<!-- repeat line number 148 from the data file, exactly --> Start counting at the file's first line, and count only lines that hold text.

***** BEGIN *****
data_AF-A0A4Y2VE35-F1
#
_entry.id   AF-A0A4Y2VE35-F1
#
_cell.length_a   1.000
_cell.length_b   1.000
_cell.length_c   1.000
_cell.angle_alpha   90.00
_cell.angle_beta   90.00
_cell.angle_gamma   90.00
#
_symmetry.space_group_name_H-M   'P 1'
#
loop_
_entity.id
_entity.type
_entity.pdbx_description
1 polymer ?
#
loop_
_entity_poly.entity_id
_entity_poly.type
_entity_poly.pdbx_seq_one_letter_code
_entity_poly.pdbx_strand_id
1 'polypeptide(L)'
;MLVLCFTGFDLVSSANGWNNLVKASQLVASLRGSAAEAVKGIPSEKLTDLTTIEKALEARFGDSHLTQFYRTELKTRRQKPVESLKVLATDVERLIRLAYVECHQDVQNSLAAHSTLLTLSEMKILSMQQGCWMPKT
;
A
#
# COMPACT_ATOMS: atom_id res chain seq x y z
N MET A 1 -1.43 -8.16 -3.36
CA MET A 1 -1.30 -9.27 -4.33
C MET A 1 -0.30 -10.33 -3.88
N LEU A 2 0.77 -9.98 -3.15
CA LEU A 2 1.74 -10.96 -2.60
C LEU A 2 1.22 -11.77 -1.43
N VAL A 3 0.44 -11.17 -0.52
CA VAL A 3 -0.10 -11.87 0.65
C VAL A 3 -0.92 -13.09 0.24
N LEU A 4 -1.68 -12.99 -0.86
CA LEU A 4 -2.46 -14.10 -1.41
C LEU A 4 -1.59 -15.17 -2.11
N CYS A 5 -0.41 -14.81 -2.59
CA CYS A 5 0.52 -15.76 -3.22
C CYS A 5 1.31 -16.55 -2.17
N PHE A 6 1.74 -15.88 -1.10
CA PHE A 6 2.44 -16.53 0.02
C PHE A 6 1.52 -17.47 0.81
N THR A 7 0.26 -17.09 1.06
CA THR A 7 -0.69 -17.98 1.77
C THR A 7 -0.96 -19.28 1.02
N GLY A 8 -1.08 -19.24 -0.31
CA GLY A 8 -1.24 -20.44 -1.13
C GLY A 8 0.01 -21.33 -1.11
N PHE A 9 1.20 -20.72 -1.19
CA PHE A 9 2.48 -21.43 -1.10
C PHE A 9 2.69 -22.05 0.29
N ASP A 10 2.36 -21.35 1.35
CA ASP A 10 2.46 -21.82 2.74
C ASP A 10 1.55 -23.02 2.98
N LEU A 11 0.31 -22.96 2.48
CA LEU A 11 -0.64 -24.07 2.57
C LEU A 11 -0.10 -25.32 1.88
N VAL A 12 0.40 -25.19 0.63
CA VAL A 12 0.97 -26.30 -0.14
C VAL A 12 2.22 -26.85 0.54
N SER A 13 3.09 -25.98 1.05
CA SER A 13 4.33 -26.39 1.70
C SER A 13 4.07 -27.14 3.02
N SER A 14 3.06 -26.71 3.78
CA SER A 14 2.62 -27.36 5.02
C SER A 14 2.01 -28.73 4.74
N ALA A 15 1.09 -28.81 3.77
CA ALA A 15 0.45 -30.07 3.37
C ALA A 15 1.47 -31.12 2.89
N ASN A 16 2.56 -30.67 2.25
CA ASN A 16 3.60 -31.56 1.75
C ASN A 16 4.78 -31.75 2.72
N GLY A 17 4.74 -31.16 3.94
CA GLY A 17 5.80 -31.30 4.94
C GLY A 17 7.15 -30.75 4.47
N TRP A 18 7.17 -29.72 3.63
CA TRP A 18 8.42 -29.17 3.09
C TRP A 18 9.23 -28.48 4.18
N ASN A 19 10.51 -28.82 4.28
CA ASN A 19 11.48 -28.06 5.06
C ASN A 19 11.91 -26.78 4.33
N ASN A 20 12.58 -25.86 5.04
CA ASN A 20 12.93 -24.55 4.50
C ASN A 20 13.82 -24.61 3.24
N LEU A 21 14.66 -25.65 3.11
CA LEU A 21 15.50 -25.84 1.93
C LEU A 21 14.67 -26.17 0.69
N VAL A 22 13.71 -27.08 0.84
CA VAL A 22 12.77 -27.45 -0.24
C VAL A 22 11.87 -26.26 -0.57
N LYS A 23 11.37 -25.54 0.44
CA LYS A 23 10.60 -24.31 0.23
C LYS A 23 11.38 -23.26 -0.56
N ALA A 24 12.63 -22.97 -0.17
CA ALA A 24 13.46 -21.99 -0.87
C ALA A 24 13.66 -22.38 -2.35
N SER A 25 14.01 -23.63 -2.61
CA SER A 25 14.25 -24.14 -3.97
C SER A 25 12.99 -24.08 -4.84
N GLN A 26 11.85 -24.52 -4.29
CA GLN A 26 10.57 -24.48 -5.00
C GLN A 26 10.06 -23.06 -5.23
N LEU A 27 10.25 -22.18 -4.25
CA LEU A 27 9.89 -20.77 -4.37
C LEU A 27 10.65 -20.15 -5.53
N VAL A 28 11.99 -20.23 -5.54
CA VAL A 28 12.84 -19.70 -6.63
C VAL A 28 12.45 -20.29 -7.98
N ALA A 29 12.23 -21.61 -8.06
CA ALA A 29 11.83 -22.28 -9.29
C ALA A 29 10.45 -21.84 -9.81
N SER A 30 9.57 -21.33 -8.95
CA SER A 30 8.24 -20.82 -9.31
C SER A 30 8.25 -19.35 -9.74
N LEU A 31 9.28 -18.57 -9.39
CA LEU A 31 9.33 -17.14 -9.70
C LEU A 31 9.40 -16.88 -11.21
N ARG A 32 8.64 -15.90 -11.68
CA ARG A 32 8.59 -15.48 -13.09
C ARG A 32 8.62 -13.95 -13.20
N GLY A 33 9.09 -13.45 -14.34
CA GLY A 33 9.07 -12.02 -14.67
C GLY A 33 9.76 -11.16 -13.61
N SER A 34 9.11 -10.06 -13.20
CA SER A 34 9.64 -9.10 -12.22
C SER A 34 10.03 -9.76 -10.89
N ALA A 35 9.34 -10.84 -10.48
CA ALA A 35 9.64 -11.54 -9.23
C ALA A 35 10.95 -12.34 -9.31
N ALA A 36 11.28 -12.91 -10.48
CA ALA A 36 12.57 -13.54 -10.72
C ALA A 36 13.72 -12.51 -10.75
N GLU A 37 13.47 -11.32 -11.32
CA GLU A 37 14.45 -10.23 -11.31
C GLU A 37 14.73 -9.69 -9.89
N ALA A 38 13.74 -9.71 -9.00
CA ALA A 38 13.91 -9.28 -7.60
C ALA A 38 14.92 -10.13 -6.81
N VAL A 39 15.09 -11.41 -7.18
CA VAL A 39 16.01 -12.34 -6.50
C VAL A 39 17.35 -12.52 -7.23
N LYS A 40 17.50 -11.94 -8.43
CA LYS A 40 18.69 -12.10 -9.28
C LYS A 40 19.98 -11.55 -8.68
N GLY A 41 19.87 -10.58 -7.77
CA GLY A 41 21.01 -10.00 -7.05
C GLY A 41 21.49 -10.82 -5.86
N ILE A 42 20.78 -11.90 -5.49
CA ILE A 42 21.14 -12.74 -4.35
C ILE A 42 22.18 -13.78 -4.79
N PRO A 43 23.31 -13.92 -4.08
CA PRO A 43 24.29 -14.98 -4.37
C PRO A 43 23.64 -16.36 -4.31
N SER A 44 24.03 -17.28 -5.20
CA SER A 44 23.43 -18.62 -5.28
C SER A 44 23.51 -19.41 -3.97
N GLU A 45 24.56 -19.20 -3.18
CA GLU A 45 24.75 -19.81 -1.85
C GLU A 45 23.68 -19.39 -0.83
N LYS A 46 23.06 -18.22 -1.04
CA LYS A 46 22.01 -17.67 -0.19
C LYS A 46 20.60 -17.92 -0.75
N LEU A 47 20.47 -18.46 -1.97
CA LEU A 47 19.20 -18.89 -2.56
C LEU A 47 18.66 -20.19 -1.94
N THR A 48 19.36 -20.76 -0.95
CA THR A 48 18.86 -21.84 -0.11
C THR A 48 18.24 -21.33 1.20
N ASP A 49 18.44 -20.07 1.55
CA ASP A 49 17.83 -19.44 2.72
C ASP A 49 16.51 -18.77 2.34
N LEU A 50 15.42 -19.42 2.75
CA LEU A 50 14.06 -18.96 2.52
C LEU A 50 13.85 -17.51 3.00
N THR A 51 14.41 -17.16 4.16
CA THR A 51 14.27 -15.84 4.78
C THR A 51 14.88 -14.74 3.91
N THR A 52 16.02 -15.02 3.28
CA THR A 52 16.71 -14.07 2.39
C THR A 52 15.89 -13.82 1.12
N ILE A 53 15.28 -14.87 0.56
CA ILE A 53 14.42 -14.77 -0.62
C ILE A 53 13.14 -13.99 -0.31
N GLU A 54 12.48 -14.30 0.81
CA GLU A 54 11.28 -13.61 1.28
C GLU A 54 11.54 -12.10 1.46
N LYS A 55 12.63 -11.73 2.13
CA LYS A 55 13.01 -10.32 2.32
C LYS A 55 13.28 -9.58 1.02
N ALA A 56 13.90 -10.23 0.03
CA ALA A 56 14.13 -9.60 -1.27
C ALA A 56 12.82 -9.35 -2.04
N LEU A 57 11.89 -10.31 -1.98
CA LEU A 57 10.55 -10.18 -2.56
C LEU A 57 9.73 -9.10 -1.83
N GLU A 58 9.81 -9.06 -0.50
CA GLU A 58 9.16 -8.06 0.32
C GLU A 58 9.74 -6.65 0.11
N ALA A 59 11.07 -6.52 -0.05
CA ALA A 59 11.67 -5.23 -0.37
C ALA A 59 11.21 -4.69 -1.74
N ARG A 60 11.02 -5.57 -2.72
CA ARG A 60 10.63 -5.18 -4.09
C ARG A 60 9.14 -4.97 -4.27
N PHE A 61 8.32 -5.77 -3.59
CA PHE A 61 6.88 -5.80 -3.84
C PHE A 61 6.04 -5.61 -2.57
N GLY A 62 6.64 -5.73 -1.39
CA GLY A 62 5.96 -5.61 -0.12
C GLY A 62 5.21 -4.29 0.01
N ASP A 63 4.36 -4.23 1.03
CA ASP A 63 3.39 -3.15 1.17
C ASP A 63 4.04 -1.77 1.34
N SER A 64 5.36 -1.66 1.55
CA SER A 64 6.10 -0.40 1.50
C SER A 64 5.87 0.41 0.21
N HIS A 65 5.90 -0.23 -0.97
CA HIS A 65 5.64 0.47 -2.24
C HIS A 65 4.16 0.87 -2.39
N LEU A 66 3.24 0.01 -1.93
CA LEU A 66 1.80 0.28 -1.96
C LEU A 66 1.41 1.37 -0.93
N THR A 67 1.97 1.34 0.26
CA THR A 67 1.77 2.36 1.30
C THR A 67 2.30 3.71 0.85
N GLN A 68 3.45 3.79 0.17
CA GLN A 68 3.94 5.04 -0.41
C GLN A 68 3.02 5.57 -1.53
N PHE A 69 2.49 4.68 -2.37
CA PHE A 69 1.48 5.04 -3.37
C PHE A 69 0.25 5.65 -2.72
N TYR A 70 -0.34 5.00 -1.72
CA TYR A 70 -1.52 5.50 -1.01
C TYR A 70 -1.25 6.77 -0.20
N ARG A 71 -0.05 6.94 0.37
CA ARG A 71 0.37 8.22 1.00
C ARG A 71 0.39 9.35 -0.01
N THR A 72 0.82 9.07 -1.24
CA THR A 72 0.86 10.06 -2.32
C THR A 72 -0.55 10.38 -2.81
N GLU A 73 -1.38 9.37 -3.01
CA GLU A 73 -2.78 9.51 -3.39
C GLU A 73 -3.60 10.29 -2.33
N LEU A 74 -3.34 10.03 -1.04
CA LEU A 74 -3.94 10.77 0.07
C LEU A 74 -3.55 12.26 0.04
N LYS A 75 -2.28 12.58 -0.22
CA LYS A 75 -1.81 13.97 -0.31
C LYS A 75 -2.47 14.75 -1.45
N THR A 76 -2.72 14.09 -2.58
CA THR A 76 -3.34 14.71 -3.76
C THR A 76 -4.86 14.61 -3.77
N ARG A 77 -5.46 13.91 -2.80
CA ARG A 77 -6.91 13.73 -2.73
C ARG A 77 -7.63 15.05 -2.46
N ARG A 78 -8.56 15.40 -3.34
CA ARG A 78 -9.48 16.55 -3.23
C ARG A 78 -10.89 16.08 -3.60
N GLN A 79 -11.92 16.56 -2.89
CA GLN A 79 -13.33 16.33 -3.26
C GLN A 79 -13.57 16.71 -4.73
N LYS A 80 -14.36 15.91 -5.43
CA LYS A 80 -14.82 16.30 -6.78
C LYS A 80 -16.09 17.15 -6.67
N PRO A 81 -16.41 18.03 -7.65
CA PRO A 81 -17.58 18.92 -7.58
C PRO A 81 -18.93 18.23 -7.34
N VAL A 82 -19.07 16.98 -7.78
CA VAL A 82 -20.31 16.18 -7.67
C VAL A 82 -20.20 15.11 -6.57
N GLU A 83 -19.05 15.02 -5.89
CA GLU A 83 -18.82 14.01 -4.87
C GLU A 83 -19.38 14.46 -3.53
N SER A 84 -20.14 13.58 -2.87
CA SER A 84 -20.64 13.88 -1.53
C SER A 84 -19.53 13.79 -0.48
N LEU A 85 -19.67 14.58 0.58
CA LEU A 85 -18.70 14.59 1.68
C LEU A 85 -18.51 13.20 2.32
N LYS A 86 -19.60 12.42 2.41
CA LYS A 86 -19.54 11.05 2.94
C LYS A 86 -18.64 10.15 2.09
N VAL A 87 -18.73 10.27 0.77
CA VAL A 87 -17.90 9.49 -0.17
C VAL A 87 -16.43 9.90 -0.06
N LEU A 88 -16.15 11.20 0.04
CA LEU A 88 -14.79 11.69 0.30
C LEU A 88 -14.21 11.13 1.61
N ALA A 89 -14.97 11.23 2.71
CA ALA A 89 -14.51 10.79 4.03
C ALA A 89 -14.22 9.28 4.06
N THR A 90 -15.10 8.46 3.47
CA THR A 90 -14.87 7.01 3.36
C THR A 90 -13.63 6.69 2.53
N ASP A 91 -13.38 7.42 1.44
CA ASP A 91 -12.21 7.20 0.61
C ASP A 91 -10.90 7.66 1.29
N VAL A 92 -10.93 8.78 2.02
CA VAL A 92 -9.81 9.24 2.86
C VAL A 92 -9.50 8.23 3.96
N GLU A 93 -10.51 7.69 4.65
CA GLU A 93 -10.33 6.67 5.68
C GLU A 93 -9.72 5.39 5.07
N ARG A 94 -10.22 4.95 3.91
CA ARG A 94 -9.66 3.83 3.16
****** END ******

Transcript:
N LYS A 40 17.50 -11.94 -8.43